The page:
What Debbie and Rick, and their two children, Ricky and Kim share, however, is a cheerful, gritty, positive attitude toward life, which no one would argue has been rough.
While stationed in the Army in Panama they noticed that Ricky seemed to be bumping into things and had trouble balancing. (Because this is a long and complicated story, I’ll try to keep this as simple as possible.) Ricky finally got the correct diagnosis, hydrocephalus, water on the brain, which has required a long and arduous fight with authorities and insurance companies so that Ricky could receive the necessary 63 operations…to date in order to survive. Please take a moment to ponder that number. 63 operations, and counting. 56 of those operations dealt with the hydrocephalus. Others have included back surgery. Early on, the doctors informed Rick and Debbie that their son wouldn’t make it to 12 years old. Today, Ricky is 40, good-looking, smart and funny.
On top of the 63 operations, Debbie had chest pains, went to the hospital where it was determined that she would need profoundly complicated heart surgery: A SEVEN-WAY BY-PASS. The doctors informed them that the chances of her survival were slim. At this point, Deb, confided one thing during the interview. She knew that she had committed to taking care of her children. She said simply: “My job wasn’t done yet.” As an aside, I asked, “Mother Teresa?” She shook her head. “No.” I said two words: “Momma bear?” “Yeah, that’s more like it. Nothing was gonna keep me from taking care of my kids…and my husband.”
7-Way Bypass: Are we done here? Nope. You need to witness what true grit and determination really are. After surviving the 7-Way Bypass, both Rick’s and Debbie’s mothers died. And then there was the fire. ………And then there was the stroke which Debbie had, having to handle with Rick, just an amazing amount of stress.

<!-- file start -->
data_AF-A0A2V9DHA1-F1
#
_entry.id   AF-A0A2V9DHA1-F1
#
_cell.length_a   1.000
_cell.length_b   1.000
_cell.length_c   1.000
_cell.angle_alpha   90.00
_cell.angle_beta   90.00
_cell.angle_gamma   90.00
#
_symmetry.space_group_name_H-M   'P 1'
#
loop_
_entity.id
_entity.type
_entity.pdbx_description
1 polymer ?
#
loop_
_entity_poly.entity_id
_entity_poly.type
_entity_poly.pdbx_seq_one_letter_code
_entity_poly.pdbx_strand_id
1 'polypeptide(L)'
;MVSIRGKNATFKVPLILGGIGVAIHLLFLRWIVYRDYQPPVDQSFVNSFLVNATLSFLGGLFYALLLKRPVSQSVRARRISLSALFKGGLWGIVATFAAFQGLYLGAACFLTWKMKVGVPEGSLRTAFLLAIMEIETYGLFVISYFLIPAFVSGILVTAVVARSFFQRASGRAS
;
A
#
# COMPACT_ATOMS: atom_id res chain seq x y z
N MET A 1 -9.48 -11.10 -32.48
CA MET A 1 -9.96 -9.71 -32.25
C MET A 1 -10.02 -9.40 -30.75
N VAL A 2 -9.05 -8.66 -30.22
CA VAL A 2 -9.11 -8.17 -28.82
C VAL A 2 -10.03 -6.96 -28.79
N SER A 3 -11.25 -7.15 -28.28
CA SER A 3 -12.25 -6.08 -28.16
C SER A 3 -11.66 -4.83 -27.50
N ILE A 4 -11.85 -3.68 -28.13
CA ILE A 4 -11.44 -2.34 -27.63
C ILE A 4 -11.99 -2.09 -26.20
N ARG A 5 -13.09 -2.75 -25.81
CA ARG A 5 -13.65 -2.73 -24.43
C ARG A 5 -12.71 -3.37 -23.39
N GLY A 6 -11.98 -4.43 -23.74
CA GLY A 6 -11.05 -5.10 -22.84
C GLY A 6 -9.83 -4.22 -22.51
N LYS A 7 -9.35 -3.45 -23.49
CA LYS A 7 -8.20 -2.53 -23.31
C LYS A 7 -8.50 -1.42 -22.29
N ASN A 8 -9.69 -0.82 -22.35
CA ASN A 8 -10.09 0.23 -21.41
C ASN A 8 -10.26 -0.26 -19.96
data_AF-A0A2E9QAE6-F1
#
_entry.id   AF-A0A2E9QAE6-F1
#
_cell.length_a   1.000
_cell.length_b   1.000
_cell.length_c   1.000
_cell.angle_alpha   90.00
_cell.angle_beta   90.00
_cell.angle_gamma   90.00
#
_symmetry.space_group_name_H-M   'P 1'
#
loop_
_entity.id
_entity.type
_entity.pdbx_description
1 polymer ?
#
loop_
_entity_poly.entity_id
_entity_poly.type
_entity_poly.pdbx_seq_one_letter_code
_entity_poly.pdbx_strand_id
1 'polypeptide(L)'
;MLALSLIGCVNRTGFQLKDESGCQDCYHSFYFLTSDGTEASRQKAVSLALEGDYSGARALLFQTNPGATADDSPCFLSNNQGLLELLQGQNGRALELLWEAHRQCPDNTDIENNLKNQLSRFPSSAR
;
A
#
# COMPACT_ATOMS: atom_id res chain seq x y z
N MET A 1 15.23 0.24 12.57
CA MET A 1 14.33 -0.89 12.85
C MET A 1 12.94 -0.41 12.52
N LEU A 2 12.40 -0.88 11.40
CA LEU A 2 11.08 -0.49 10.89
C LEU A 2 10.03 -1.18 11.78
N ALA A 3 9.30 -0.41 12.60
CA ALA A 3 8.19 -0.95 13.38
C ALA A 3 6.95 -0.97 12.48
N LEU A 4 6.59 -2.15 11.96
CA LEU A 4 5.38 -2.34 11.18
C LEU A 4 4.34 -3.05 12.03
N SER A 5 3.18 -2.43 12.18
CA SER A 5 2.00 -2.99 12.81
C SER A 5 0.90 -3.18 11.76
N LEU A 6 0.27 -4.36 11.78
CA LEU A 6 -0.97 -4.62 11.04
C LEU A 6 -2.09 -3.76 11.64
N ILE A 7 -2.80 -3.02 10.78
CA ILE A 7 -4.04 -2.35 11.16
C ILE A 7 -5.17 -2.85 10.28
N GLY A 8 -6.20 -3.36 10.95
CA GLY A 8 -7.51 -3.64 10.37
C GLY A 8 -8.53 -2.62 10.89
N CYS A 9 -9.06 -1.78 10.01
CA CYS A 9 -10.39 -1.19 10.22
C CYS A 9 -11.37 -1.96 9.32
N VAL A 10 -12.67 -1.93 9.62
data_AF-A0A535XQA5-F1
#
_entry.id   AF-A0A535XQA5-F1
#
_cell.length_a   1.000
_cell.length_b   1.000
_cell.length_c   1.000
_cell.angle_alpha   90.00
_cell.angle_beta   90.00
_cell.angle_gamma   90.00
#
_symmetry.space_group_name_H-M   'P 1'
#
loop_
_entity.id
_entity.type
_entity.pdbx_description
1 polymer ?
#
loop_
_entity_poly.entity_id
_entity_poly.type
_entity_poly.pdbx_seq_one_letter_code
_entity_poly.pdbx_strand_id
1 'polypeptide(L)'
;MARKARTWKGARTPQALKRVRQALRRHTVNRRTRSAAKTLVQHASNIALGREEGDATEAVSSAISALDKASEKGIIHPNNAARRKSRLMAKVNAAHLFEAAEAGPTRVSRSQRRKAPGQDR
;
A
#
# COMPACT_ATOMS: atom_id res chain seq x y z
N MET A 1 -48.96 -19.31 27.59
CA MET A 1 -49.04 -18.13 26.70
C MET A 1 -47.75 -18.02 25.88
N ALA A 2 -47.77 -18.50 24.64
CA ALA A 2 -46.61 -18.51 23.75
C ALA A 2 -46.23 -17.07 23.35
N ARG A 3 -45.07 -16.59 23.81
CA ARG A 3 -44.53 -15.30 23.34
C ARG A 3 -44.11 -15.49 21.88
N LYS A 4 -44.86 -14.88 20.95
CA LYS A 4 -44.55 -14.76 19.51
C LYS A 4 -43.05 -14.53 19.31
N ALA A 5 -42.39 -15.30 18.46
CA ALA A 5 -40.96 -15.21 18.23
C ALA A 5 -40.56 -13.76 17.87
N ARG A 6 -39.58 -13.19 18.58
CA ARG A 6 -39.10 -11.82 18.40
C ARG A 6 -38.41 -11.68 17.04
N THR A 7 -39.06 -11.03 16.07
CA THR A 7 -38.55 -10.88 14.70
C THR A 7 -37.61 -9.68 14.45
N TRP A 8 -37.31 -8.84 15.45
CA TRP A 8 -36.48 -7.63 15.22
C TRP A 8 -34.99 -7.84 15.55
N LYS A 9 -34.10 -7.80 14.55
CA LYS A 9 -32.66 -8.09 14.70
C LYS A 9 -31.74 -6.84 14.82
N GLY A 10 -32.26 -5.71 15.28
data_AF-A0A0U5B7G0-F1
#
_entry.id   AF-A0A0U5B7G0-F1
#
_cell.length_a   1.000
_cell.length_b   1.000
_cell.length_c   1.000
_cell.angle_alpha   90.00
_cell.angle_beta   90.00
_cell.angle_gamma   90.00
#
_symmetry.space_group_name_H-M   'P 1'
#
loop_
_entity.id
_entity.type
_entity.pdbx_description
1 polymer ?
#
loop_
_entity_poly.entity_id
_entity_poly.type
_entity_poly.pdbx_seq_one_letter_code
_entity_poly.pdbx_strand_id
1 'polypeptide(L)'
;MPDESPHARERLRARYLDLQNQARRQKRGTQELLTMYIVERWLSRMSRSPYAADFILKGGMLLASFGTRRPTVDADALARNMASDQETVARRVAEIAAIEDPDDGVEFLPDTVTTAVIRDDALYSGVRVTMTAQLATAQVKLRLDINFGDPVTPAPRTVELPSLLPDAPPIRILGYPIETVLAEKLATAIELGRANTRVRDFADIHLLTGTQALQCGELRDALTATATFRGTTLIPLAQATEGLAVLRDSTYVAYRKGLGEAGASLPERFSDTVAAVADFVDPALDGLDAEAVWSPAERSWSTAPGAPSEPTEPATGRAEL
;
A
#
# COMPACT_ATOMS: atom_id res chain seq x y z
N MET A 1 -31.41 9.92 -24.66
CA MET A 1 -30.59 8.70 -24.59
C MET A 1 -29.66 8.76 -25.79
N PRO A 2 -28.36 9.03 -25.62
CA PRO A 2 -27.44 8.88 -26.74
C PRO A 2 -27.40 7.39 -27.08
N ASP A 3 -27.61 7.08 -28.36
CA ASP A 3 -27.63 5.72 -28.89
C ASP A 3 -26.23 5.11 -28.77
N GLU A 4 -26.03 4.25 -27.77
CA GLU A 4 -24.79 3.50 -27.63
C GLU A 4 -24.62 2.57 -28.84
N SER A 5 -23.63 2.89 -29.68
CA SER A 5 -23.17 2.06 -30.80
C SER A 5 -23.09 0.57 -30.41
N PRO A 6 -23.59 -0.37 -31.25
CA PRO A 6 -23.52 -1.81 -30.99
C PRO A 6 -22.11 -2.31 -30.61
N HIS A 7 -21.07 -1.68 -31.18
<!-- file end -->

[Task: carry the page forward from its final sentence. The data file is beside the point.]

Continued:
Oh, and there was the flood, too. The Acrivos family operates an absolutely charming campground along the Catawba River, where people come from all over the country to get away from it all. The flood washed about half their business away. Rick fought back and today is is better than before.
With all that, this very tight, loving family has not just survived, it has thrived. And Rick, having handled all of this with Debbie, in addition to being with the ASA, Army Security Agency, was hit with one more challenging hand-of-cards. His memory has come under attack, leaving gaping holes in what he has done, where he has served his country and it has permeated his entire life experience. Despite all this, Rick has thanklessly served for 17 years as Executive Director for the Chamber of Commerce for the small town of Old Fort.
And there’s more, but I think you get the point. Has the Acrivos family survived all of this? Debbie and Rick answered this question with big smiles. Debbie’s answer: “You betcha.”
Surprisingly, when asked if she always had the grit and stamina and attitude to handle this, she is utterly candid. “No, when I was younger, I was kinda wussy, kind of shy.” Sooo….what caused the change, Deb? “Well, I guess you’d describe me as more spiritual than religious. I figured God gave me the capacity to handle all this…..and I’m doing what I have to do.”
I’m going to interject one thought now, which Deb can edit out if she likes. I think if one person said to the Acrivos family, “Oh, I feel sorry for…” they wouldn’t get a chance to finish the sentence. Either Deb, or Rick or their daughter, Kim, or their son, Ricky would say, “Don’t you dare…”